Ethan knocked on the door, listening for a response. Not hearing a single sound come from inside the home, he turned the door knob. Being that it was unlocked, he decided to let himself in, but not before looking over his shoulder to see if anyone was watching him enter.
The interior of the home was not in shambles, but it wasn’t all that clean either. Stepping into the living room, he did find a plastic bag containing marijuana on the coffee table, next to a dirty bong.
A few steps away from the living room was a kitchen with several dirty dishes in the sink. Ten empty beer bottles were lined on top of the counter, along with a greasy, fast food bag. While the greasy bag was not really appetizing, it induced more imagery of burgers that made his mouth water.
Walking down the side hall, Ethan came to Tina’s room. Pink and purple colors were dominant throughout the furniture in the room. There were several stuffed animals on the shelves and a doll’s castle next to her dresser. The room looked fit for a child, but not what one expects of a teenager.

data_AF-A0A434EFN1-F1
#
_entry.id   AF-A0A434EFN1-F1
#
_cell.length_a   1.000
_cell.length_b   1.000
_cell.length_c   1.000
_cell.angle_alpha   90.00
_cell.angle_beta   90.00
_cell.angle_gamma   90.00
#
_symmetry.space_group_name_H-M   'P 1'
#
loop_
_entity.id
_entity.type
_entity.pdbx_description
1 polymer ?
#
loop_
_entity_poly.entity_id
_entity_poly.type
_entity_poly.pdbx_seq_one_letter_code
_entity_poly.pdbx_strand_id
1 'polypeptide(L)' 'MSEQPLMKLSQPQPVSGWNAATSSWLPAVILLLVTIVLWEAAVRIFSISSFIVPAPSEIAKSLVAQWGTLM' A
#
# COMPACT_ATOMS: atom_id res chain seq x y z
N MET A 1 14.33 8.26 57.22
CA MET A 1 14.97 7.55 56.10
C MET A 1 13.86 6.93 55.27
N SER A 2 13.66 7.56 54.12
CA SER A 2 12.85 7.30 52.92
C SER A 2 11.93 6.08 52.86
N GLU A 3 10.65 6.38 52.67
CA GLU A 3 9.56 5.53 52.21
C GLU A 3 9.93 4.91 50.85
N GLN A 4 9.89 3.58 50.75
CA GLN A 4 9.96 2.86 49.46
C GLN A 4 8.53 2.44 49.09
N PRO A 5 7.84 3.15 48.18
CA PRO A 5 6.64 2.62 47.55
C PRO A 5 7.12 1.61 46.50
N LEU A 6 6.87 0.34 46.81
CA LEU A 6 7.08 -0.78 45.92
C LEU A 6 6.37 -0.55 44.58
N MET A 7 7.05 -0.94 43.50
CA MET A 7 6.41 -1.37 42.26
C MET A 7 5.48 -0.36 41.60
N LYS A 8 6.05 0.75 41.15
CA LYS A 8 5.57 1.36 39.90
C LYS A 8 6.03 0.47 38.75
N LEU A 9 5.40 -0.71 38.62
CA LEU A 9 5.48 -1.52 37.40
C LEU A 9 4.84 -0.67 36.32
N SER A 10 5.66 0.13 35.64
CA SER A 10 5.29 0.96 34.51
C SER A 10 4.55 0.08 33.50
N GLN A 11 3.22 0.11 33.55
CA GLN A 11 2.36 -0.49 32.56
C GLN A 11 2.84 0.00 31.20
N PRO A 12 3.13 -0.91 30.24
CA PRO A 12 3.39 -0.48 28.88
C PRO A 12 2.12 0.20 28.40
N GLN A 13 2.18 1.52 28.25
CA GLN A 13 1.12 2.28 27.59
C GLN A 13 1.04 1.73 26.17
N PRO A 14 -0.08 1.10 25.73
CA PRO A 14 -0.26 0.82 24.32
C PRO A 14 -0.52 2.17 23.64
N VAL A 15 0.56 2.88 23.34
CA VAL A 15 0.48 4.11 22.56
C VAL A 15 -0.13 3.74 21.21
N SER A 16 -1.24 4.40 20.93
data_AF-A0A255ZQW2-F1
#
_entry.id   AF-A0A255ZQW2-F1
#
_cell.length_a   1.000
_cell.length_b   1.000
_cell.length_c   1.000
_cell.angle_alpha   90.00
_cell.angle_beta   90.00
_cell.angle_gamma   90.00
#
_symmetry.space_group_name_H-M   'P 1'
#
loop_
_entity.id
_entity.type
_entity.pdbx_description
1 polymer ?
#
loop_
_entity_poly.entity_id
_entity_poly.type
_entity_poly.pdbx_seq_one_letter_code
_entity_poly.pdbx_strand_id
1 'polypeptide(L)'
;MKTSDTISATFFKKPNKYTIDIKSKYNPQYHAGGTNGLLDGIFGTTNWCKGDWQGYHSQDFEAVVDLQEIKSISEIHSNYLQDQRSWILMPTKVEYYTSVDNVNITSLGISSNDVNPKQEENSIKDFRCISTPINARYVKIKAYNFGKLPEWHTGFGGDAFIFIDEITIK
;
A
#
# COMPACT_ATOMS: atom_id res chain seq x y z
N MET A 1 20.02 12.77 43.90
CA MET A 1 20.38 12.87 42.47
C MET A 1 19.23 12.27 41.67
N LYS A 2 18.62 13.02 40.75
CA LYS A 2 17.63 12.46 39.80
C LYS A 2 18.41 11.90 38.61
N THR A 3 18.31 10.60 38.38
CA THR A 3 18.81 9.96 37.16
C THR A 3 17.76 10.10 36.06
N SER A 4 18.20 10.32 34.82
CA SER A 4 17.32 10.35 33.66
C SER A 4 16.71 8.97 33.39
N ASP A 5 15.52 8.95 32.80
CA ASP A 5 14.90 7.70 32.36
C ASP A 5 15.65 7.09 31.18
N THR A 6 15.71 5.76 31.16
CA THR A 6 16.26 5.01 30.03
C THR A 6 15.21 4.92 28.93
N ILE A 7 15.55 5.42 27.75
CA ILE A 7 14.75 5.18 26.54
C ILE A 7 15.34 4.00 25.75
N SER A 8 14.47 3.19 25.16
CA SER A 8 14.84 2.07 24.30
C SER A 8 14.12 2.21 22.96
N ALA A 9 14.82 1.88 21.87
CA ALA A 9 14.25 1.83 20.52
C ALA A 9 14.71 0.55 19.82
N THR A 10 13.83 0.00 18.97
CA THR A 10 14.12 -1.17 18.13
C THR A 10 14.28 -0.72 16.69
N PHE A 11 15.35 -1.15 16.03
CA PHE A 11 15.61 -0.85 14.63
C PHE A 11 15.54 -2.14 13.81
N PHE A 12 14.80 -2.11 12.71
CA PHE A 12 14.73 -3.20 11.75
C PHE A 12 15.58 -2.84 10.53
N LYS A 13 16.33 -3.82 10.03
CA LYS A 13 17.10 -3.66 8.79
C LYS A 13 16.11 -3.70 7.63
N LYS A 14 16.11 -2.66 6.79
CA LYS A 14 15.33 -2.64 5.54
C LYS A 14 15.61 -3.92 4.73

To his horror, despite everything he had seen on the job already, Tina was nearly unconscious on her bed. She was nude other than a bra and princess themed, high heel shoes. He immediately pulled the covers over her body and lifted her head. “Can you hear me, dear? Can you speak?”
She spoke softly and mumbled her words. “Yes . . . I hear you . . . hel—” Tina started choking, struggling to turn her head so that she could vomit.
He helped her safely vomit by pulling Tina onto her side and lifting her head over the side of the bed. While she tried to move herself, he felt little activity or resistance while holding her. Looking away as she began puking, fighting to keep his gag reflex under control, he spotted a syringe on the nightstand.
The worst possible outcome had been realized. The mother was drugging her daughter and pimping her out for money, which was most likely used to buy drugs. He considered rape the most disgusting crime, and witnessing a child subjected to it by her own mother infuriated him. His anger boiled beyond the same point that he had felt when caving in Thomas’s head with a baseball bat.
As Tina finished vomiting, he lay her back down and pulled out his phone to call the police.
“Help me,” the girl managed to say.